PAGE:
S.F. native moves up the ladder to head Koret staff

For the first time, a woman will head the professional staff of the S.F.-based Koret Foundation.

With the new title director of grants, San Francisco native Sandra Edwards, known as Sandy, replaces the acting director, Mel Mogulof.

Edwards "will be responsible for supervising all personnel and activities relating to evaluation and distribution of grants," said Tad Taube, president of the board of directors. "She will do an outstanding job for the foundation and for the communities we serve, and we are pleased to be able to promote her from within our staff."

A search is under way for a newly created position, director of financial administration, to handle the fiscal responsibilities.

Edwards, 51, has been with the foundation for 15 years. She started as a program officer, then became a senior program officer, and then deputy director of programs.

With a doctorate in education, Edwards spent the early years of her career in that field. When she returned to San Francisco, she did some grant writing, which led her to her first professional contact with the Jewish community. For two years, she worked as a program officer for the American Jewish Committee.

She has also served on the board of Brandeis Hillel Day School and currently is president of Conservative Congregation Beth Sholom in San Francisco..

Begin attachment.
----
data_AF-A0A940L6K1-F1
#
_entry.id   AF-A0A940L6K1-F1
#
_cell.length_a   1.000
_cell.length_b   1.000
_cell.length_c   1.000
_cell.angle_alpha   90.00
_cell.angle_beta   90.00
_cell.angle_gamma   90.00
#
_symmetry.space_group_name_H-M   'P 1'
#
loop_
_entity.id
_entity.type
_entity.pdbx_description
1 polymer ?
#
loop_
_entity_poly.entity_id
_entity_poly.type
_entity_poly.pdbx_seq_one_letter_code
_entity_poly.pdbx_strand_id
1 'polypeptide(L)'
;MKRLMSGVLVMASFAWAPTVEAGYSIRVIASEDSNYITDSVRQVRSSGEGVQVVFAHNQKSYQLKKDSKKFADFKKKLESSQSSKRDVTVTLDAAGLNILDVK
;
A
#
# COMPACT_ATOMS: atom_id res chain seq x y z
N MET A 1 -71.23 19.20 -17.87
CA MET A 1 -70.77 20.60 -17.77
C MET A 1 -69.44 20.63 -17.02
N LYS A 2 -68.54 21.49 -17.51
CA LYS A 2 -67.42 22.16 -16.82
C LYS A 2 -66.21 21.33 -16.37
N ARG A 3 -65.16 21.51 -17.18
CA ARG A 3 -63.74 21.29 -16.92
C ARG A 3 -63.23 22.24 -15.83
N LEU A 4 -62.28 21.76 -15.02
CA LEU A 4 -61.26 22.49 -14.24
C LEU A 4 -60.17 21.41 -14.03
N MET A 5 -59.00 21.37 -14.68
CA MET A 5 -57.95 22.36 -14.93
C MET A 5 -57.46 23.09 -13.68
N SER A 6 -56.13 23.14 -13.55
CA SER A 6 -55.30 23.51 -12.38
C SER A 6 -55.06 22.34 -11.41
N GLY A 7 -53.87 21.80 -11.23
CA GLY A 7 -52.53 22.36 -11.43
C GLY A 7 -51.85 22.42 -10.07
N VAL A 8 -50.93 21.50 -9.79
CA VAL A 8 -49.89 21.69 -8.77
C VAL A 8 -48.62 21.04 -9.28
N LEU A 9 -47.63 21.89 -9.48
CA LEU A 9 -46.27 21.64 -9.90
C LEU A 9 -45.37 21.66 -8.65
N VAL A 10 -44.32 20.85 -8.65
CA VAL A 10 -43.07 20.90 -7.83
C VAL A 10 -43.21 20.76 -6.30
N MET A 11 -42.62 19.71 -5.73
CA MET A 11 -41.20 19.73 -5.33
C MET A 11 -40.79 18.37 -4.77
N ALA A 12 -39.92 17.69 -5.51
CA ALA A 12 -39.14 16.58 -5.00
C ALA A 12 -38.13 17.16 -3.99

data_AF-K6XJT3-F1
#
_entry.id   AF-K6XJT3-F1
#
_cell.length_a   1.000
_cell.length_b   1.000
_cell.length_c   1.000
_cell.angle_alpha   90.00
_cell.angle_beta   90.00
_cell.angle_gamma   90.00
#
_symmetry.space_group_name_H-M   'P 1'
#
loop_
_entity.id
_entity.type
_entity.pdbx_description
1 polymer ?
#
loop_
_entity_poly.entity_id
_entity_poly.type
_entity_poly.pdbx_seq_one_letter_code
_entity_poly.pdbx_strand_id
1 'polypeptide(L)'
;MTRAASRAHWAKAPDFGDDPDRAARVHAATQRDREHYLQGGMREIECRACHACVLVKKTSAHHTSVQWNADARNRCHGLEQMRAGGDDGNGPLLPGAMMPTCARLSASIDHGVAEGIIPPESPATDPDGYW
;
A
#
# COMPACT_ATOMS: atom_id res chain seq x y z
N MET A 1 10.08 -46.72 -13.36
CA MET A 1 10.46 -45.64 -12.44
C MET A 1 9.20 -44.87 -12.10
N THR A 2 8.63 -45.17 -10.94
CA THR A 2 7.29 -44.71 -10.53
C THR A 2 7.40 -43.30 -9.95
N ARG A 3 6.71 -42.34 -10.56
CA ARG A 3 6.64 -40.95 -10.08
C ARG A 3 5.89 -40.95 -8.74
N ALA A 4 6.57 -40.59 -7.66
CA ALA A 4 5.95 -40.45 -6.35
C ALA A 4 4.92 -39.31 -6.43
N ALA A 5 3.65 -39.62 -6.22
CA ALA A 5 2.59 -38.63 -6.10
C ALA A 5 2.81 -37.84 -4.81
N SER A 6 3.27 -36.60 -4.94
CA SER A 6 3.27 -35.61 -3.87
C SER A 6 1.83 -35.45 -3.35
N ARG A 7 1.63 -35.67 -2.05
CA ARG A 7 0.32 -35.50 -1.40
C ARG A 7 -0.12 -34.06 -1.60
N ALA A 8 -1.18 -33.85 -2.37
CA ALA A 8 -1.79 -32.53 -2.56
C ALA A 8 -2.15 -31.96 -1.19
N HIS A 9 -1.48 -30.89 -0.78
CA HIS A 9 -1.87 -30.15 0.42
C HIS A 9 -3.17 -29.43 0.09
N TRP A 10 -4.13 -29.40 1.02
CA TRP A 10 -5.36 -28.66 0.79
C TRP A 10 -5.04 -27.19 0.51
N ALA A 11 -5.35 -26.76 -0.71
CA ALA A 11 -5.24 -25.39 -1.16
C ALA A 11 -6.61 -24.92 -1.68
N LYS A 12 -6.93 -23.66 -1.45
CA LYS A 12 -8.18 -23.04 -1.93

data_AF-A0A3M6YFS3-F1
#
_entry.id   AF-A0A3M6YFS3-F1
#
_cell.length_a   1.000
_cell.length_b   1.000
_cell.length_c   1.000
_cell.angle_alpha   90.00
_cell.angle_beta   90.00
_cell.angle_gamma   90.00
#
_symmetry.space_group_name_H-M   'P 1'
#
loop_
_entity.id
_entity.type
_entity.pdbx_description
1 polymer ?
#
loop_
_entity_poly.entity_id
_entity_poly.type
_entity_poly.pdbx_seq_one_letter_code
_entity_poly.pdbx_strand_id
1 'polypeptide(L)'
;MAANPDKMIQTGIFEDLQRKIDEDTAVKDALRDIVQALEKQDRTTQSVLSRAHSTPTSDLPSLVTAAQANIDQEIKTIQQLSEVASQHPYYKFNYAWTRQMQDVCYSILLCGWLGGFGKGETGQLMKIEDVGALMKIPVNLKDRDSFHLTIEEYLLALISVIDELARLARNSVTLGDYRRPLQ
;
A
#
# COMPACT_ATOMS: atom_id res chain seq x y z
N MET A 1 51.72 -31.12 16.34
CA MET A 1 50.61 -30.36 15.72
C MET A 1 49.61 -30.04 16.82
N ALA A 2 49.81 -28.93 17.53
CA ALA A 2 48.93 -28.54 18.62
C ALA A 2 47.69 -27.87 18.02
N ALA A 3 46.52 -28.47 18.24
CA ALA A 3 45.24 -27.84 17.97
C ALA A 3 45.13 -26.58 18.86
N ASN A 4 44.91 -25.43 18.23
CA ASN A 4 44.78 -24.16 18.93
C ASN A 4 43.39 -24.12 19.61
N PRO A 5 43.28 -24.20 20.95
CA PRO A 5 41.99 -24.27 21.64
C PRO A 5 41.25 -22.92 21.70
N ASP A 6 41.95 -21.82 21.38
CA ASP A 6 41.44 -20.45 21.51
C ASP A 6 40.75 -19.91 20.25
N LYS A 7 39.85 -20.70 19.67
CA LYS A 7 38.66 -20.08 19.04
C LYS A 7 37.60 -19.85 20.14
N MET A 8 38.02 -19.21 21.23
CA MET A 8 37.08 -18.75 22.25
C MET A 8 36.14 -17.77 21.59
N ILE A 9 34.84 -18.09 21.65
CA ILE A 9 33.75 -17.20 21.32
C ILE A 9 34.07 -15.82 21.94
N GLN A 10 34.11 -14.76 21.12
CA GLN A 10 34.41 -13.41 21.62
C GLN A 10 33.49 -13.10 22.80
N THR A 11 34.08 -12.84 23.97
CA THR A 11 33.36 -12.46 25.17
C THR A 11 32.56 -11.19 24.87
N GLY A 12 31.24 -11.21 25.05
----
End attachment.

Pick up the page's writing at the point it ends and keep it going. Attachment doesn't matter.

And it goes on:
"I've been a member there since birth," she said. "My grandfather joined in 1937, when he came from Germany, and I'm third generation there. My son is fourth. I have deep roots there."

In her new position, Edwards said, "I hope to work with the board of directors in sustaining the Koret Foundation's leadership in supporting innovative ideas that yield results focused on strengthening and enriching the Jewish community and Bay Area community, as well as improving and expanding educational opportunities."

Furthermore, she added, "We will continue to be proactive in pursuing new ideas, while at the same time maintain a responsiveness to community needs."

With assets of more than $300 million, the Koret Foundation awarded $20 million last year. Soon approaching its 25th anniversary, Koret is among the largest Jewish charitable trusts in California, supporting projects within the Jewish community as well as such Bay Area institutions as the San Francisco Museum of Modern Art and the San Francisco Opera, Ballet and Symphony.

The foundation also gives heavily in Israel. Through its Koret Israel Economic Development Fund, it has distributed nearly $41 million in grants and loans to small businesses, making it a prime financial assistance program for small businesses in the Jewish state.

Though Edwards is now "thinking about how I want to put my own stamp on things," she stressed that she does not make the decisions as to which organizations or causes will receive grants but instead makes recommendations to the board.

"What I'm hired to do is carry out the board's vision," she said. "I hope to be a great support to them as they continue to move the foundation forward."

Through its work, she added, Koret "represents the Jewish community in the larger community as supporters of important issues and projects. I really enjoy working with the people in those communities and I think we have a lot of impact."

Alix Wall
Alix Wall

Alix Wall is a contributing editor to J. She is also the founder of the Illuminoshi: The Not-So-Secret Society of Bay Area Jewish Food Professionals and is writer/producer of a documentary-in-progress called "The Lonely Child."